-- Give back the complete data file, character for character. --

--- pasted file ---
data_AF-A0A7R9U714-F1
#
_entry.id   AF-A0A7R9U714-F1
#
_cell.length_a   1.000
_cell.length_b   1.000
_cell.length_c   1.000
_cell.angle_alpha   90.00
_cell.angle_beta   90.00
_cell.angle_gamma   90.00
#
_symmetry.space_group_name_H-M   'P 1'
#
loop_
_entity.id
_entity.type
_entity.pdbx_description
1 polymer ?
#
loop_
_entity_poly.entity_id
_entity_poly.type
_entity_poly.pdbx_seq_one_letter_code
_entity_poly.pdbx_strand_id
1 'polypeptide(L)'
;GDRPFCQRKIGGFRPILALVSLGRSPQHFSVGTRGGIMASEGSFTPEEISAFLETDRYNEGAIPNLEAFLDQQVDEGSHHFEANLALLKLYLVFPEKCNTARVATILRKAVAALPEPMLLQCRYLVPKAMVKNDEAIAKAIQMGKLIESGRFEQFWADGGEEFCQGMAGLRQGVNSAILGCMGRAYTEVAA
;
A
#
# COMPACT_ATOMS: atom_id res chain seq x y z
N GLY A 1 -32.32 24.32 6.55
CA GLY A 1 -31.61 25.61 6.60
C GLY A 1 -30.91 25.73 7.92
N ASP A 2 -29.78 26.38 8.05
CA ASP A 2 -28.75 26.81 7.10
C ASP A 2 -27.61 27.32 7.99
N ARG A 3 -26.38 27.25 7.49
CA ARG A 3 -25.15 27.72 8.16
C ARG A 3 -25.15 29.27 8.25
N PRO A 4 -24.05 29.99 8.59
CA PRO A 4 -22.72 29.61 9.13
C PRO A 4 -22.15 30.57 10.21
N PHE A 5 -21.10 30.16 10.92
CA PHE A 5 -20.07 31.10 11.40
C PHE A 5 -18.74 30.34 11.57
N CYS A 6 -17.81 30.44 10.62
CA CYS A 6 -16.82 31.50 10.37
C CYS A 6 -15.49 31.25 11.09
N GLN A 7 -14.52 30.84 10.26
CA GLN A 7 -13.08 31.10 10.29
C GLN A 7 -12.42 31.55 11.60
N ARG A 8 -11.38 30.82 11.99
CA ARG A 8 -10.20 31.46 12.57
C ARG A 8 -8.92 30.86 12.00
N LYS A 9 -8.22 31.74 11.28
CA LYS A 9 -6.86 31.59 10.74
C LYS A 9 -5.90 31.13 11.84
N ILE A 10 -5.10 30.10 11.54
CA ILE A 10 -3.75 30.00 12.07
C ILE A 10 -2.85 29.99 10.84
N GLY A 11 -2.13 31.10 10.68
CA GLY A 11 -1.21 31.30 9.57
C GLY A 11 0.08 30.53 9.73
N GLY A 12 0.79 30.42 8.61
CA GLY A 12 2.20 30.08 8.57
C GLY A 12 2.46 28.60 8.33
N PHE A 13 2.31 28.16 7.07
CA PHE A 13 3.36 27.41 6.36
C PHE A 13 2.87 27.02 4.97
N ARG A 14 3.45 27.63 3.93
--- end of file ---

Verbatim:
data_AF-A0A7R9U714-F1
#
_entry.id   AF-A0A7R9U714-F1
#
_cell.length_a   1.000
_cell.length_b   1.000
_cell.length_c   1.000
_cell.angle_alpha   90.00
_cell.angle_beta   90.00
_cell.angle_gamma   90.00
#
_symmetry.space_group_name_H-M   'P 1'
#
loop_
_entity.id
_entity.type
_entity.pdbx_description
1 polymer ?
#
loop_
_entity_poly.entity_id
_entity_poly.type
_entity_poly.pdbx_seq_one_letter_code
_entity_poly.pdbx_strand_id
1 'polypeptide(L)'
;GDRPFCQRKIGGFRPILALVSLGRSPQHFSVGTRGGIMASEGSFTPEEISAFLETDRYNEGAIPNLEAFLDQQVDEGSHHFEANLALLKLYLVFPEKCNTARVATILRKAVAALPEPMLLQCRYLVPKAMVKNDEAIAKAIQMGKLIESGRFEQFWADGGEEFCQGMAGLRQGVNSAILGCMGRAYTEVAA
;
A
#
# COMPACT_ATOMS: atom_id res chain seq x y z
N GLY A 1 -32.32 24.32 6.55
CA GLY A 1 -31.61 25.61 6.60
C GLY A 1 -30.91 25.73 7.92
N ASP A 2 -29.78 26.38 8.05
CA ASP A 2 -28.75 26.81 7.10
C ASP A 2 -27.61 27.32 7.99
N ARG A 3 -26.38 27.25 7.49
CA ARG A 3 -25.15 27.72 8.16
C ARG A 3 -25.15 29.27 8.25
N PRO A 4 -24.05 29.99 8.59
CA PRO A 4 -22.72 29.61 9.13
C PRO A 4 -22.15 30.57 10.21
N PHE A 5 -21.10 30.16 10.92
CA PHE A 5 -20.07 31.10 11.40
C PHE A 5 -18.74 30.34 11.57
N CYS A 6 -17.81 30.44 10.62
CA CYS A 6 -16.82 31.50 10.37
C CYS A 6 -15.49 31.25 11.09
N GLN A 7 -14.52 30.84 10.26
CA GLN A 7 -13.08 31.10 10.29
C GLN A 7 -12.42 31.55 11.60
N ARG A 8 -11.38 30.82 11.99
CA ARG A 8 -10.20 31.46 12.57
C ARG A 8 -8.92 30.86 12.00
N LYS A 9 -8.22 31.74 11.28
CA LYS A 9 -6.86 31.59 10.74
C LYS A 9 -5.90 31.13 11.84
N ILE A 10 -5.10 30.10 11.54
CA ILE A 10 -3.75 30.00 12.07
C ILE A 10 -2.85 29.99 10.84
N GLY A 11 -2.13 31.10 10.68
CA GLY A 11 -1.21 31.30 9.57
C GLY A 11 0.08 30.53 9.73
N GLY A 12 0.79 30.42 8.61
CA GLY A 12 2.20 30.08 8.57
C GLY A 12 2.46 28.60 8.33
N PHE A 13 2.31 28.16 7.07
CA PHE A 13 3.36 27.41 6.36
C PHE A 13 2.87 27.02 4.97
N ARG A 14 3.45 27.63 3.93